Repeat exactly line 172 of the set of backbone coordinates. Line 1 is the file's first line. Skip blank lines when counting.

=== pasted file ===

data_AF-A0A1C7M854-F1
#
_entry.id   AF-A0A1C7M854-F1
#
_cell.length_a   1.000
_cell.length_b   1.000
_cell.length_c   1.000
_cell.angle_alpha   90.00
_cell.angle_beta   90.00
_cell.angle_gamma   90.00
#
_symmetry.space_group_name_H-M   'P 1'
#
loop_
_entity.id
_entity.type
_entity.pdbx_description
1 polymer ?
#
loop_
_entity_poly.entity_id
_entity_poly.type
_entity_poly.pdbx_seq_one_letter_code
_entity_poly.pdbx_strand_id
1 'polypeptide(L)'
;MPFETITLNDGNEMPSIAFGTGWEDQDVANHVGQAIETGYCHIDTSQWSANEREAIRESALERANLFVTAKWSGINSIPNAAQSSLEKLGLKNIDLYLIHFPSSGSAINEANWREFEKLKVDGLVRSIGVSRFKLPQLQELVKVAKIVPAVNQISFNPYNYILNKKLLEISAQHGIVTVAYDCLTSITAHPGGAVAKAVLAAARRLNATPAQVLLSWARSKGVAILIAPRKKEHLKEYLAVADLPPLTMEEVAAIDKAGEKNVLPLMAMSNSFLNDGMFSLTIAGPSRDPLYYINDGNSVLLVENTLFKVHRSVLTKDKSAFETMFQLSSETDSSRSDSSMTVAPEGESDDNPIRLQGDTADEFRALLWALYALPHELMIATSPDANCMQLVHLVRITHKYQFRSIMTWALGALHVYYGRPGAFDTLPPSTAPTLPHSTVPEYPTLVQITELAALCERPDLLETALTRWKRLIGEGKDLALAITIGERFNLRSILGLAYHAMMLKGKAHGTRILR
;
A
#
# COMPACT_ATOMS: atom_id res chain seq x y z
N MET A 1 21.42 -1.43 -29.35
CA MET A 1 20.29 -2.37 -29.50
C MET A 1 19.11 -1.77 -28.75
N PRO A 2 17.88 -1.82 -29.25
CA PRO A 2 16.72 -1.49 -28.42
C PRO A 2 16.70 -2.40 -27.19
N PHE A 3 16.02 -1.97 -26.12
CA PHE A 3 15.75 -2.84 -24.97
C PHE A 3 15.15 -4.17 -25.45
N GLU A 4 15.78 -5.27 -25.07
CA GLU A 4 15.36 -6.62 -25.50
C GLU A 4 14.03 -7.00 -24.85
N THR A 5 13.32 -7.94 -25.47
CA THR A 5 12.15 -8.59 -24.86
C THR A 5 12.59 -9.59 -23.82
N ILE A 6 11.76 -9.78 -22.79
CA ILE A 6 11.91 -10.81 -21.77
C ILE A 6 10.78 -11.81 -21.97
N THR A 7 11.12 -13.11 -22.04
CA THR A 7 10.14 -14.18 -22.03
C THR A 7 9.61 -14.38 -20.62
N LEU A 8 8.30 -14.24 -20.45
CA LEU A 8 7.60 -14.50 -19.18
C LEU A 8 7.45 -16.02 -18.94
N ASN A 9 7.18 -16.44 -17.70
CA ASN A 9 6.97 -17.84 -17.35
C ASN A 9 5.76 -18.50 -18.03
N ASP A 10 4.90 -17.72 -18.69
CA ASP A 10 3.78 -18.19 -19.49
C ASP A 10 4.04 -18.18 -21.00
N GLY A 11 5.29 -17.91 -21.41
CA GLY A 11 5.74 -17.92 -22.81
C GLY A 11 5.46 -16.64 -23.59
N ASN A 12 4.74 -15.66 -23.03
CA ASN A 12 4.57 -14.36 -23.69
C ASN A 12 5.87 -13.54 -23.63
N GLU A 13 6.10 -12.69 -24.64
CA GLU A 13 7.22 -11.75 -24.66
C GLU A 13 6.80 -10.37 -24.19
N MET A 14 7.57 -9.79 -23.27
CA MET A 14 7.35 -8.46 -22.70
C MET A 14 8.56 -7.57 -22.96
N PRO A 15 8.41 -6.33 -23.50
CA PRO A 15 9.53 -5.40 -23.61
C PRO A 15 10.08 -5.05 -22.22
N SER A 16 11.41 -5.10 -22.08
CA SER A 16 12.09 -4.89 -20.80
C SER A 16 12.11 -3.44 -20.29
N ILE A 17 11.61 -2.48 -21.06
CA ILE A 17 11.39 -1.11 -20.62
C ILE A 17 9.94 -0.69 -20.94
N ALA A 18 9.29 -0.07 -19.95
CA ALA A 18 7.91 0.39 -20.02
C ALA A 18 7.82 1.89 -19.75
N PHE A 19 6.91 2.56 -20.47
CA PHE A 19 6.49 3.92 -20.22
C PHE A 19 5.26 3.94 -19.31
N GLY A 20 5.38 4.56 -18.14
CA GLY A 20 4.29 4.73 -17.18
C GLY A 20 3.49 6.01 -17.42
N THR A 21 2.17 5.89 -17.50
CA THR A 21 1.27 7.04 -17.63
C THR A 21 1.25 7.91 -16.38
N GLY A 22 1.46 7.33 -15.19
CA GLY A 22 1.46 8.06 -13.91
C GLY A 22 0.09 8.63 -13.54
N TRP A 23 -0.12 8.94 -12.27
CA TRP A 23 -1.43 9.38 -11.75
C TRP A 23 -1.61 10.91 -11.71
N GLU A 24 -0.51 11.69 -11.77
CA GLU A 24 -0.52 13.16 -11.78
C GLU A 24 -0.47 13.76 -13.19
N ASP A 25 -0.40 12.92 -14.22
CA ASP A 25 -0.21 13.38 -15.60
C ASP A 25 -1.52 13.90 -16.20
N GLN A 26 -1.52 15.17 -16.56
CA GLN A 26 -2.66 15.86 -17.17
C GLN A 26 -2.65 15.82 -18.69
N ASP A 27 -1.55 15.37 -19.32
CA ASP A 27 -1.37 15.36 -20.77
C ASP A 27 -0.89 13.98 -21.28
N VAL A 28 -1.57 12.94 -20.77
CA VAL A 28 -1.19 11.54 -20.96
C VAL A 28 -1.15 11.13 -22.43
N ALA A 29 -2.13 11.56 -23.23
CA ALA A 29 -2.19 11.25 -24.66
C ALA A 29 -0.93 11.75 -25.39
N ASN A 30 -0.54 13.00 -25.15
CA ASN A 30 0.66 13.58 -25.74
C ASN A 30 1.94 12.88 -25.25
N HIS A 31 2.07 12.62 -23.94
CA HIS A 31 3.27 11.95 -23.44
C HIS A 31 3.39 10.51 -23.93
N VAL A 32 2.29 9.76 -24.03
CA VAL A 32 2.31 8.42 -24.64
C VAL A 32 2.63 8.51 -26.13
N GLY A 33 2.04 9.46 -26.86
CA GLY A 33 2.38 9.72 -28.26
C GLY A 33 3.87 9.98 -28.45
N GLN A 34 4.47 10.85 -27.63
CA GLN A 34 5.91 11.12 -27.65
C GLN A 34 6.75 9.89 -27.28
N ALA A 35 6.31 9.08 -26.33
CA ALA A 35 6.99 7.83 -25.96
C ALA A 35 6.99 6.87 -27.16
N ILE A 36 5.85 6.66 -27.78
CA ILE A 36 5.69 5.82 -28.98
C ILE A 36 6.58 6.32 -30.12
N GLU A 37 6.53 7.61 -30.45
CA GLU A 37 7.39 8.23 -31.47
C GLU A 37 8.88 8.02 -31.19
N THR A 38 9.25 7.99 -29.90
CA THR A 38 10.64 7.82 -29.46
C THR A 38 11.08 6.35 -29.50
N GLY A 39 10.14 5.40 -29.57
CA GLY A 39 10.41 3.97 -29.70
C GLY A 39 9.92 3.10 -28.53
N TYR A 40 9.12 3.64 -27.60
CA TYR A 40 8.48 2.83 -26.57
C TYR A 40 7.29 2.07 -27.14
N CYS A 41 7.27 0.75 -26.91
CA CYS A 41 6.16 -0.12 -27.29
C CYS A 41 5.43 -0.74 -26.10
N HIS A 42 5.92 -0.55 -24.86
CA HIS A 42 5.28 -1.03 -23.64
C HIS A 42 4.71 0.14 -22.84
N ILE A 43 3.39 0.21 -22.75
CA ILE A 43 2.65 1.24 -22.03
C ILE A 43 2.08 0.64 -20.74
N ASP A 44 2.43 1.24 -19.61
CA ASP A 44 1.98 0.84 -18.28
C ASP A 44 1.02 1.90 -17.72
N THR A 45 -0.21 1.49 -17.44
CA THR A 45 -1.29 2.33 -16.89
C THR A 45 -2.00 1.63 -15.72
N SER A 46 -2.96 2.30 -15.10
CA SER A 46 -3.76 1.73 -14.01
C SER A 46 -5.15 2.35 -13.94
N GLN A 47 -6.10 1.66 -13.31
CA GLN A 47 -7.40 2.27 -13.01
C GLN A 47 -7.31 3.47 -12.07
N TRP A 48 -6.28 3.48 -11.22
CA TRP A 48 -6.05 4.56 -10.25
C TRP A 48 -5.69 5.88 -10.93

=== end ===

N TRP A 48 -6.28 3.48 -11.22